To tell the truth | Northeast Notes | North Springs Edition
Most of the people I know would rather read positive and inspiring news than negative and disturbing articles. This is part of the reason why I often write about people who have created something new that benefits others or improves society and culture.
My most recent column, “Understanding the Opposing Point of View” (July 7), was about Darryl Davis, a black man who has spent years contacting KKK members in an attempt to understand points of view and values. each other, which ultimately resulted in over 200 people leaving the white supremacist movement.
I’ve written about an entrepreneur who makes bricks from waste to build houses, the feminist lyrics of the talented singer Pink, and the remarkable life of the late Ruth Bader Ginsburg. I have written about the challenges healthcare professionals faced during the pandemic with long working hours and insufficient protective medical equipment. In the face of extremely difficult circumstances, they are working harder than ever to keep people alive and well.
It is good news that by all measures, vaccinations against COVID-19 have been shown to be effective. Yet in many parts of the country cases of COVID are on the rise. According to the CDC, most of this increase can be attributed to the new Delta variant and the high percentage of unvaccinated people. Just over half of Colorado’s people are fully vaccinated, but in El Paso County that number drops to around 40%.
Despite the fact that more than 7,000 Colorado residents – including nearly 900 residents of El Paso County – have died from COVID-19, according to New York Times data, many people still have not been vaccinated. Considering the effectiveness of vaccines, this low vaccination rate is particularly shocking. The coronavirus remains highly contagious and it has been shown time and time again that wearing masks, social distancing and vaccinations help prevent its spread.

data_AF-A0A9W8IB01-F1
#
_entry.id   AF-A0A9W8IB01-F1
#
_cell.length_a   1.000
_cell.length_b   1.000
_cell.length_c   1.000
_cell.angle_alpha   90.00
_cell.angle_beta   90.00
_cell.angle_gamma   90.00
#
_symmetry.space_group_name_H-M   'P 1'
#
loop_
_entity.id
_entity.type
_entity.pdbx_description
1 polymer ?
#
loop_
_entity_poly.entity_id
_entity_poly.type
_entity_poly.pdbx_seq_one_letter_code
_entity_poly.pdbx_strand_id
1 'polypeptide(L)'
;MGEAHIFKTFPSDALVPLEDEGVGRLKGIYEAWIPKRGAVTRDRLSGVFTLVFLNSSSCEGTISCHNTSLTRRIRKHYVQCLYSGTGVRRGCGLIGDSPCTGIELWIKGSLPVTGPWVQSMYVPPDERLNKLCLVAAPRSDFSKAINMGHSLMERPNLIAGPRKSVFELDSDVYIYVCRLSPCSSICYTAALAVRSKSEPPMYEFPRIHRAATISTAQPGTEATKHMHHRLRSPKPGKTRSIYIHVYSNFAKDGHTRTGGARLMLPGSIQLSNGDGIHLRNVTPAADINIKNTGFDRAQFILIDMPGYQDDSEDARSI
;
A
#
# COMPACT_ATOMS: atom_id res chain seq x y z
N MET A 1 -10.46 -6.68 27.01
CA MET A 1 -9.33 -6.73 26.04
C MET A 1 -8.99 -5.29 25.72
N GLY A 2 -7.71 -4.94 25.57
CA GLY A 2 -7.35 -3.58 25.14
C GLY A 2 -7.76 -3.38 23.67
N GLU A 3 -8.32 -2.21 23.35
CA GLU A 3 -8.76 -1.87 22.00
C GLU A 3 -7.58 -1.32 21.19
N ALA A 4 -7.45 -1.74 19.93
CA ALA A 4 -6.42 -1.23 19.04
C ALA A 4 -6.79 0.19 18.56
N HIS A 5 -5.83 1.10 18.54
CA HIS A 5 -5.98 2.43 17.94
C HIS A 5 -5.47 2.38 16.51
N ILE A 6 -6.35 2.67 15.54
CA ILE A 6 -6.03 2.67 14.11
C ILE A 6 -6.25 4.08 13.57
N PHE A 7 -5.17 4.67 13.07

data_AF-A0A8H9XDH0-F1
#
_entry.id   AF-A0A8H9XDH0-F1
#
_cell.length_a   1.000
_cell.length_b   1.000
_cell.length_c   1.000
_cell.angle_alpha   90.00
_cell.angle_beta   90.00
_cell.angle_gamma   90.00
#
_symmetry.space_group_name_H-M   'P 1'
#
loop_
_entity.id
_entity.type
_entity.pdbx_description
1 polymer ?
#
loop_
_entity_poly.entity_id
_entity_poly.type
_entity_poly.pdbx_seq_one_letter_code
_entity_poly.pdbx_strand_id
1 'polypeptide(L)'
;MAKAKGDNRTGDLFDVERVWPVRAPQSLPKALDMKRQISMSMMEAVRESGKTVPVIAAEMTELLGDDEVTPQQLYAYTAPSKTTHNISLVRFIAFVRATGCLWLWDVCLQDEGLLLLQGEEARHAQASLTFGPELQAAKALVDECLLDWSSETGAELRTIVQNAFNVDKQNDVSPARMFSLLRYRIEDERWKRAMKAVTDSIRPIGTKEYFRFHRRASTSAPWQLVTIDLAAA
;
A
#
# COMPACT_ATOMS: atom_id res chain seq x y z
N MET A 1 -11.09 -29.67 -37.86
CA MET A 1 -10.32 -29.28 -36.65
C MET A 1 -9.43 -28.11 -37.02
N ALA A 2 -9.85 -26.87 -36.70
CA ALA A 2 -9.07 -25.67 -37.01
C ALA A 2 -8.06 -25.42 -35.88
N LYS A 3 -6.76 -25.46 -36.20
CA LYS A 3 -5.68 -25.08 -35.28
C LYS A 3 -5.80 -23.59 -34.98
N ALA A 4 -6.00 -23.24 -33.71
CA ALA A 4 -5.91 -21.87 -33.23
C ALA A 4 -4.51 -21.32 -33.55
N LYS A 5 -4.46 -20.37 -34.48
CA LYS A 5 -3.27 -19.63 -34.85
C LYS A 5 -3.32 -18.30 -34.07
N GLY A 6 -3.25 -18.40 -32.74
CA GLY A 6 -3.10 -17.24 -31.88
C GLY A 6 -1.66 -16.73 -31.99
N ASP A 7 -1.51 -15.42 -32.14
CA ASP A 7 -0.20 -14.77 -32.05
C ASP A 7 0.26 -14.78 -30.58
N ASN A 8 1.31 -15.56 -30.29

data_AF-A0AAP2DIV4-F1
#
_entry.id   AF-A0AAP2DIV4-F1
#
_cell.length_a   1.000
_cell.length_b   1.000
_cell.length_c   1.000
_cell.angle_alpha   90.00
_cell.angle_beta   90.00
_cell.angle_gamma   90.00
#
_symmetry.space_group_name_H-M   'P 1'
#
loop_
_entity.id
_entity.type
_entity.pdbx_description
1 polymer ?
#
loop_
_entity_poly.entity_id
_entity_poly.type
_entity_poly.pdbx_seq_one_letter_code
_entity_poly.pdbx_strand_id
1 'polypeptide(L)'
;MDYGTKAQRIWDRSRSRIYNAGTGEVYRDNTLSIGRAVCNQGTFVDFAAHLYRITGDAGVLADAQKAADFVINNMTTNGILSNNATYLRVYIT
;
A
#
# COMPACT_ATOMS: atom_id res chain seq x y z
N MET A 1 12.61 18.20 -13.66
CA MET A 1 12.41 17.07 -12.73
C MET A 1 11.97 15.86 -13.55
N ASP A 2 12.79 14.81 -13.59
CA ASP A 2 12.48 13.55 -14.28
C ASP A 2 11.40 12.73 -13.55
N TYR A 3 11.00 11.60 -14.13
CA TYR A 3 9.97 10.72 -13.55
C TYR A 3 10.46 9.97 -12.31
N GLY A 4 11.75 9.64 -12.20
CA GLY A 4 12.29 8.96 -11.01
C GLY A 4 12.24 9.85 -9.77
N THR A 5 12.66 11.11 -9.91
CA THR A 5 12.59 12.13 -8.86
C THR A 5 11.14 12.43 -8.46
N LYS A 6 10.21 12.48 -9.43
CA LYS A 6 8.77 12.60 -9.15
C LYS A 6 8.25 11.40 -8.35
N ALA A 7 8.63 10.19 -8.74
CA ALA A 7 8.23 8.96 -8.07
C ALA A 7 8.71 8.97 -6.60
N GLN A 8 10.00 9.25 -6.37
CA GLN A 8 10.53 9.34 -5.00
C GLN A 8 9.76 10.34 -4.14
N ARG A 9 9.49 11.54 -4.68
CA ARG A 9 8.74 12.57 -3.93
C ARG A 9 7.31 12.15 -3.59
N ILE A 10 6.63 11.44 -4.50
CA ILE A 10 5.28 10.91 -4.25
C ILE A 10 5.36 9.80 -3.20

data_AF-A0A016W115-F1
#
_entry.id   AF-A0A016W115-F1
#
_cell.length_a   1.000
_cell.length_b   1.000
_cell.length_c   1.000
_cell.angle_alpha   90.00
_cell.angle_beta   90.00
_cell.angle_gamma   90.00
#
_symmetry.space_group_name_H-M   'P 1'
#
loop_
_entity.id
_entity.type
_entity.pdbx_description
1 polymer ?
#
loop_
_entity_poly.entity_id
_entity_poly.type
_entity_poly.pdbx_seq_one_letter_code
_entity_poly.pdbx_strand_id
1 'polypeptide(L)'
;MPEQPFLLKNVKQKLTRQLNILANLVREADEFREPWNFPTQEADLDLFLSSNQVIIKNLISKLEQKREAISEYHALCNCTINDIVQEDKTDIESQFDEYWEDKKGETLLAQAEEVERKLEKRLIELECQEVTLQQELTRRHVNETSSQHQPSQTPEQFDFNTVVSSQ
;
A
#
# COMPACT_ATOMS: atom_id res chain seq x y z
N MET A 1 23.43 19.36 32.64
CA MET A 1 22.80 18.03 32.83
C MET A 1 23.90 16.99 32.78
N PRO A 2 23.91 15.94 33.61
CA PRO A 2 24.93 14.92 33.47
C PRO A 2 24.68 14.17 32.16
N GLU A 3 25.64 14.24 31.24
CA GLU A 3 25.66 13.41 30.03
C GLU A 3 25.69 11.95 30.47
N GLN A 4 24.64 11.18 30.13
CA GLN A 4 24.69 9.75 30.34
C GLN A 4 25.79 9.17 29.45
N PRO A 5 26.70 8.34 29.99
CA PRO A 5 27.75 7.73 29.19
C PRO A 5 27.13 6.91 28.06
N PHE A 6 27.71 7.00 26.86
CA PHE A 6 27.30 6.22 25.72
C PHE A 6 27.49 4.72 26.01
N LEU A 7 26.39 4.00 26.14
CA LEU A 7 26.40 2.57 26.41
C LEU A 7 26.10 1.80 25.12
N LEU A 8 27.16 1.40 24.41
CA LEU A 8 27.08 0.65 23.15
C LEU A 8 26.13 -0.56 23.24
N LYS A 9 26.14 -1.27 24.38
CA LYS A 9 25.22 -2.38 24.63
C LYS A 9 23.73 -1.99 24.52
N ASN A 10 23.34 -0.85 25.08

It’s not like the pandemic is behind us. Right after the Delta variant is the Lambda variant which has been identified in 29 countries to date. Many hospitals remain understaffed and overcapacity due to COVID cases. Doctors are put in the unfortunate position of deciding which COVID patients have the best chance of survival in order to dispense ventilators when this lifesaving equipment remains scarce.
Pandemics by nature are not political; viruses like COVID are apolitical. They have no borders and do not demonstrate loyalty, affiliation or connection to a political party.
Viruses don’t care whether you are male, female or non-binary, Jewish, Catholic or atheist, gay, homosexual or straight. Viruses affect all races and ethnicities, all ages and stages, in all corners of the planet. It is fortunate that epidemiologists and other scientists who study viruses are basing their observations and conclusions on facts, data and research. They are based on information, detail and replicability. Scientists and researchers are trained to separate fact from fiction, truth from madness, and honesty from lies.
That’s part of why it’s so shocking that in recent weeks two lawmakers – including one from Colorado – have used historical images in a grossly misleading attempt to portray them as modern day events. Georgia Representative Marjorie Taylor Greene compared advocacy to vaccinate people in their homes to the Nazi-era ‘brown shirts’, tweeting:’ People have a choice, they don’t need your shirts. Medical brunettes show up at their doorstep to order vaccines. . You cannot force people to be part of the human experience. Greene mistakenly used the term “brown shirts,” which historically refers to the paramilitary group that helped bring Adolf Hitler to power in the 1930s and 1940s. His statement mocks and distorts medical experiments conducted by the Nazi regime during the Holocaust which resulted in the torture and murder of Jews and other prisoners in concentration camps. Previously, Greene said the Las Vegas and Parkland shootings were staged and that a space laser controlled by Jewish financiers started a 2018 wildfire in California. Made? Fiction?
Colorado Representative Lauren Boebert recently shocked the Jewish community by tweeting that President Joe Biden “has deployed his needle Nazis” in Mesa County, Colorado. In saying this, Boebert reveals a twisted, ignorant, and disturbing take on history as well as the news. These two legislators are unable to separate fact from fiction, truth from madness, and honesty from lies. They have no deep knowledge of history and operate from an irrational point of view. Although Greene recently visited the US Holocaust Memorial Museum, I would be surprised if she personally knew someone with a number tattooed on the arm of a concentration camp, or if loved ones were killed during the Holocaust, such as my extended family.
This brings me back to my original point. I prefer fact to fiction, accuracy to exaggeration, science to lies, and knowledge to ignorance. This is not to expect too much from our elected officials, in fact.
Julie Richman is a freelance writer, project manager and consultant. She and her family have lived on the northeast side of Colorado Springs for 23 years. Contact Julie with comments or ideas for her column at [email protected].